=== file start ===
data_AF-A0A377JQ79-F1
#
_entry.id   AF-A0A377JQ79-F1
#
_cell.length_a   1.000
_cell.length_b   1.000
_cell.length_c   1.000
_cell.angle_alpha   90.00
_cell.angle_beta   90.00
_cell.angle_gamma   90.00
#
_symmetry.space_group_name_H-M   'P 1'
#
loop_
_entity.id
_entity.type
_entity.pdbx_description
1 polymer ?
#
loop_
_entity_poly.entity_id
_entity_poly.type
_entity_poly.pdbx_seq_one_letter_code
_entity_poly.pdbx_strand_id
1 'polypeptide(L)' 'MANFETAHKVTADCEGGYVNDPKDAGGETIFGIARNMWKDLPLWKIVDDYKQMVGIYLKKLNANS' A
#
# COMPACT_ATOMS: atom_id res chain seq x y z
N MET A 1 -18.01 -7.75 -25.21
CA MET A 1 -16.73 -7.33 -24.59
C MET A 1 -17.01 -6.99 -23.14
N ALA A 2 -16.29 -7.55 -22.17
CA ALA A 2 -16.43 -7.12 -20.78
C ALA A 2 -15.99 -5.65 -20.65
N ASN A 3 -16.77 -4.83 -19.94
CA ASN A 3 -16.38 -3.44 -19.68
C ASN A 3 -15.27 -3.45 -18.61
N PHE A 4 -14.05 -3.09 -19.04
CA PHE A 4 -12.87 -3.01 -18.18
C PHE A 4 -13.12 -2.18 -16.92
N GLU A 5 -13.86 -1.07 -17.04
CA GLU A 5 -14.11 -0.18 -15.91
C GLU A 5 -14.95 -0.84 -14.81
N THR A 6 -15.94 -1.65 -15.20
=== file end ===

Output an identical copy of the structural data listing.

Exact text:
data_AF-A0A377JQ79-F1
#
_entry.id   AF-A0A377JQ79-F1
#
_cell.length_a   1.000
_cell.length_b   1.000
_cell.length_c   1.000
_cell.angle_alpha   90.00
_cell.angle_beta   90.00
_cell.angle_gamma   90.00
#
_symmetry.space_group_name_H-M   'P 1'
#
loop_
_entity.id
_entity.type
_entity.pdbx_description
1 polymer ?
#
loop_
_entity_poly.entity_id
_entity_poly.type
_entity_poly.pdbx_seq_one_letter_code
_entity_poly.pdbx_strand_id
1 'polypeptide(L)' 'MANFETAHKVTADCEGGYVNDPKDAGGETIFGIARNMWKDLPLWKIVDDYKQMVGIYLKKLNANS' A
#
# COMPACT_ATOMS: atom_id res chain seq x y z
N MET A 1 -18.01 -7.75 -25.21
CA MET A 1 -16.73 -7.33 -24.59
C MET A 1 -17.01 -6.99 -23.14
N ALA A 2 -16.29 -7.55 -22.17
CA ALA A 2 -16.43 -7.12 -20.78
C ALA A 2 -15.99 -5.65 -20.65
N ASN A 3 -16.77 -4.83 -19.94
CA ASN A 3 -16.38 -3.44 -19.68
C ASN A 3 -15.27 -3.45 -18.61
N PHE A 4 -14.05 -3.09 -19.04
CA PHE A 4 -12.87 -3.01 -18.18
C PHE A 4 -13.12 -2.18 -16.92
N GLU A 5 -13.86 -1.07 -17.04
CA GLU A 5 -14.11 -0.18 -15.91
C GLU A 5 -14.95 -0.84 -14.81
N THR A 6 -15.94 -1.65 -15.20